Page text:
Geographically, where is your primary market?

The primary market really is in Europe. The 1953 expedition was out of the UK but some members were from other parts of the world, such as my father from New Zealand and Tenzing from Nepal. It was really those three countries that combined to make the success of the Mount Everest expedition.

All the products are made in the UK and northern Europe with the Merino wool made in New Zealand and other items made in other destinations. Eventually we’re going to have scarves and caps coming from places like Nepal.

Consumers are becoming more ethically minded. How has that shaped your ethical policy?

It’s important with a name like Edmund Hillary – the man who supported environmental issues, who supported education and health, communities in remote villages in Nepal and encouraged young people to go out and have healthy lifestyles.

We want to produce high-quality goods that people will get years and years of pleasure and enjoyment out of, that last well and use a lot of natural fibres. We hope we continue to make the majority of our garments which are using mostly natural fibres. I think it’s consistent with the legacy of the man.

As for the industry, we all see that the problem is bigger than clothing. We’re living in a time of rampant consumerism and of course we are selling clothing, but we want people to choose products which are of really high quality and that you’ll be able to enjoy for a long time. Really, that is not only consistent with Edmund Hillary, but it’s consistent with trying to reach higher ethical standards.

Businesses are part of communities; they have to have ethical standards. They need to be seen to stand for something. It helps to be able to see what the company itself is doing. We all need to post on various sites to publicise what we’ve been doing and investing in. It’s the only way people can be sure they’re carrying out what they say they have been.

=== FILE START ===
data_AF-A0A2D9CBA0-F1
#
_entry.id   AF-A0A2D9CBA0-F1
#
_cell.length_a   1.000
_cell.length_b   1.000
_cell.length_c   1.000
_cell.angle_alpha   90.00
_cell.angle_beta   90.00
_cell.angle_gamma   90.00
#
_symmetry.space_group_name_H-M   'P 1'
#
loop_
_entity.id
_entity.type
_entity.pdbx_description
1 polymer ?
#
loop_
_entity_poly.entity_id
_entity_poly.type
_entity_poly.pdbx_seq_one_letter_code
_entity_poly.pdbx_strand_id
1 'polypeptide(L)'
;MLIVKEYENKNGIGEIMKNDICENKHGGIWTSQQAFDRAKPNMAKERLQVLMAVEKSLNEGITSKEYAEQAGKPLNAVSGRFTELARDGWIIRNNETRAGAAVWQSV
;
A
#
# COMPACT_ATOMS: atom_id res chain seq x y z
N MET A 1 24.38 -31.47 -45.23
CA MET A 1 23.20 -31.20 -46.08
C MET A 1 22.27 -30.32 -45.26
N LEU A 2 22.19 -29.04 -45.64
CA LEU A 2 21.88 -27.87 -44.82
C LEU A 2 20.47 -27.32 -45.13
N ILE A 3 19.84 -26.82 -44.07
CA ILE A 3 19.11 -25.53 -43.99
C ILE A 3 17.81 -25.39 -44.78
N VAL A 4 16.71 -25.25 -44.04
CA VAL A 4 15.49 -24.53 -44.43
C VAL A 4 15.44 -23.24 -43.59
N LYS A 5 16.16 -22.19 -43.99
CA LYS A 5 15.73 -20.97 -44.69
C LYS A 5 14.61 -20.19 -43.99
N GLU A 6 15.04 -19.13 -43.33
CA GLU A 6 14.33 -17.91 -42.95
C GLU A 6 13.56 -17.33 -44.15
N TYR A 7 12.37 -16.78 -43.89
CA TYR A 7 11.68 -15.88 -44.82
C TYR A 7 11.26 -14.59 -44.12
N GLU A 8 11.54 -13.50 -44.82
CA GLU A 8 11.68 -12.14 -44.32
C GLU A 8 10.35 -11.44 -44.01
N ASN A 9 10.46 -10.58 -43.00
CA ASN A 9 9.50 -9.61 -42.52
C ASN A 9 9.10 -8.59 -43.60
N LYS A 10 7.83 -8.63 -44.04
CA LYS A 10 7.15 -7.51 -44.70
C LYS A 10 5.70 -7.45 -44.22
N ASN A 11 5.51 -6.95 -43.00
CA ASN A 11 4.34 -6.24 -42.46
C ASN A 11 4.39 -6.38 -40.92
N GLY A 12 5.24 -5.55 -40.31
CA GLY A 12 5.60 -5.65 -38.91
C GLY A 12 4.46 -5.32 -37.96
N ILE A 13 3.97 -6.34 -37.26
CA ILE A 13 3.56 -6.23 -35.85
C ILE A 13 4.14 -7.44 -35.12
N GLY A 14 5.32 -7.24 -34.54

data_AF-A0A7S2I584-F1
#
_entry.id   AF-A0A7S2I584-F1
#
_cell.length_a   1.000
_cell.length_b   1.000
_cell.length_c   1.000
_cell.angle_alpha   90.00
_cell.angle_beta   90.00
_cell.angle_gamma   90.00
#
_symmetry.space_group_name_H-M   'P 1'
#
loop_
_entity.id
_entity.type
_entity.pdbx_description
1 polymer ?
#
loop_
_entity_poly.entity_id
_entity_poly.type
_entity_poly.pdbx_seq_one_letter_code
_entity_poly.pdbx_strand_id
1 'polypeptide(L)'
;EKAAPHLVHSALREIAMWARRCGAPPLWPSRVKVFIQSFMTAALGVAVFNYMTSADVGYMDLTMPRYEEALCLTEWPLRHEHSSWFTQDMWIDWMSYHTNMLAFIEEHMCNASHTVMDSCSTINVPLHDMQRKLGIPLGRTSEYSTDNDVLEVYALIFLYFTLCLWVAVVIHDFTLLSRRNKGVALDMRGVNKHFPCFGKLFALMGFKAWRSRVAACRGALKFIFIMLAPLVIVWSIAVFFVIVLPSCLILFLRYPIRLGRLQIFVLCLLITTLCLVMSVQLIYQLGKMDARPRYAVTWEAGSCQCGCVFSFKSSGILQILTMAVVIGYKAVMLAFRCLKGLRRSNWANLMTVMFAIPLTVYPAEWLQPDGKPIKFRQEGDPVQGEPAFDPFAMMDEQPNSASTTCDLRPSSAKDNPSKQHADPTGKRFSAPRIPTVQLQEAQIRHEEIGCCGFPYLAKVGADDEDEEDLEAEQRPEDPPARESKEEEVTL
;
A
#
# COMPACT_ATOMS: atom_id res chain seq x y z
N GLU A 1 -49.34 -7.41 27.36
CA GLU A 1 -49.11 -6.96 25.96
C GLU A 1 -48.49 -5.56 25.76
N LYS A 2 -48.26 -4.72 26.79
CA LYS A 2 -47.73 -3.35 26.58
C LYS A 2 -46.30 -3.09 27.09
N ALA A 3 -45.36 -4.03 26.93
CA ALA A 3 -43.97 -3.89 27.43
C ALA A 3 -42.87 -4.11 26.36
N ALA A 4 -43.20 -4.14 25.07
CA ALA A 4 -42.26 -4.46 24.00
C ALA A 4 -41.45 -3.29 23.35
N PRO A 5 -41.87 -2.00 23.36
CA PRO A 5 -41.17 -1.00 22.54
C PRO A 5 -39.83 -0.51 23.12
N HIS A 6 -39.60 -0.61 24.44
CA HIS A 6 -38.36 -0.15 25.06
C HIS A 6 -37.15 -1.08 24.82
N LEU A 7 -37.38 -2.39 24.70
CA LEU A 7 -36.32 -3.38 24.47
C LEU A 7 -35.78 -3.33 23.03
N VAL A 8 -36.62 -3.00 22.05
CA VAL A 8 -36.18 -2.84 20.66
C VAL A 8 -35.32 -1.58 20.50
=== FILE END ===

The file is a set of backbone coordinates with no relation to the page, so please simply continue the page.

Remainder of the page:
For example, Patagonia put in a percentage of their sales to environmental schemes like buying land to get rehabilitated. They post regularly with how they are doing. I think that’s something we as a business will have to follow.

Why did you decide to opt for a private crowdfunding campaign which is only open to select Crowdcube members?

That’s what was recommended to us. Crowdcube has a huge following and it was open to all of those people. We were advised that these were people who had shown a significant interest in these types of ventures.

Crowdcube has a wide variety of investors and it’s been a huge learning curve in our funding rounds. It’s possible for someone to come in and make quite a large investment of thousands of dollars or more. On the other hand, they can make an investment of £20 or £30.

What are your business goals over the next five years?

Like any start-up, we’re trading, we’ve got products, we’re pleased with how things are going. But we need more investment now to take it to the next level. We aim to have other stores and outlets available in various areas within Europe and other major cities.

In order to do that, you need money for stock and to produce items for other places. We’re looking for investment that will carry the brand through for the next two to three years.

We’re also in talks with outlets around China. We’re all aware that China is no longer an emerging economy – it is a vast economy and a wealthy nation in many areas. The next Winter Olympics will be held there and that’s a distinct opportunity for us.

Are you seeking finance exclusively through crowdfunding or with other avenues?

For the first launch we had angel investors, but crowdfunding is our primary source for this expansion.

I’m hoping to go back to Everest with my younger son next April or May wearing the 1953-style heritage gear. We’ll be up on the mountain and the Edmund Hillary range will be up there too.